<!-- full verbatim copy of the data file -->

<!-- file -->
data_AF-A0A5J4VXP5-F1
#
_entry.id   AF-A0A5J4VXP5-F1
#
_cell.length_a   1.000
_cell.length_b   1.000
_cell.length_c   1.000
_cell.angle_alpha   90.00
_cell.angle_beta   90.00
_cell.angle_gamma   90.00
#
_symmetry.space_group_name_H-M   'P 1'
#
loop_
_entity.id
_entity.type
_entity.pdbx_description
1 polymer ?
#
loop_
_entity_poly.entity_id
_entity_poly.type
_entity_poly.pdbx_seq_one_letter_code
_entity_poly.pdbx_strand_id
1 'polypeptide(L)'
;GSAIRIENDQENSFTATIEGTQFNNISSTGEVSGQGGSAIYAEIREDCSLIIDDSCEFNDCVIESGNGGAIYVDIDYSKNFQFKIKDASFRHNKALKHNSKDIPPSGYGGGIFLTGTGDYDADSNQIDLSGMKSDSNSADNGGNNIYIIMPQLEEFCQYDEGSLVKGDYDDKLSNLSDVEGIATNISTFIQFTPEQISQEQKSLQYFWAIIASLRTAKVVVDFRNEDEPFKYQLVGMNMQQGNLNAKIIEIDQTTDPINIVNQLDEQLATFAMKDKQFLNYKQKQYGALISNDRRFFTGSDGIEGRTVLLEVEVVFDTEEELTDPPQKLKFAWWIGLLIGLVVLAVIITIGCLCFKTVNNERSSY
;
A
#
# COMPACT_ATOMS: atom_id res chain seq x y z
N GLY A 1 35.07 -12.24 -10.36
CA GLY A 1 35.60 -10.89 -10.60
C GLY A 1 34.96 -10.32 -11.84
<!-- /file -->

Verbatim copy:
data_AF-A0A5J4VXP5-F1
#
_entry.id   AF-A0A5J4VXP5-F1
#
_cell.length_a   1.000
_cell.length_b   1.000
_cell.length_c   1.000
_cell.angle_alpha   90.00
_cell.angle_beta   90.00
_cell.angle_gamma   90.00
#
_symmetry.space_group_name_H-M   'P 1'
#
loop_
_entity.id
_entity.type
_entity.pdbx_description
1 polymer ?
#
loop_
_entity_poly.entity_id
_entity_poly.type
_entity_poly.pdbx_seq_one_letter_code
_entity_poly.pdbx_strand_id
1 'polypeptide(L)'
;GSAIRIENDQENSFTATIEGTQFNNISSTGEVSGQGGSAIYAEIREDCSLIIDDSCEFNDCVIESGNGGAIYVDIDYSKNFQFKIKDASFRHNKALKHNSKDIPPSGYGGGIFLTGTGDYDADSNQIDLSGMKSDSNSADNGGNNIYIIMPQLEEFCQYDEGSLVKGDYDDKLSNLSDVEGIATNISTFIQFTPEQISQEQKSLQYFWAIIASLRTAKVVVDFRNEDEPFKYQLVGMNMQQGNLNAKIIEIDQTTDPINIVNQLDEQLATFAMKDKQFLNYKQKQYGALISNDRRFFTGSDGIEGRTVLLEVEVVFDTEEELTDPPQKLKFAWWIGLLIGLVVLAVIITIGCLCFKTVNNERSSY
;
A
#
# COMPACT_ATOMS: atom_id res chain seq x y z
N GLY A 1 35.07 -12.24 -10.36
CA GLY A 1 35.60 -10.89 -10.60
C GLY A 1 34.96 -10.32 -11.84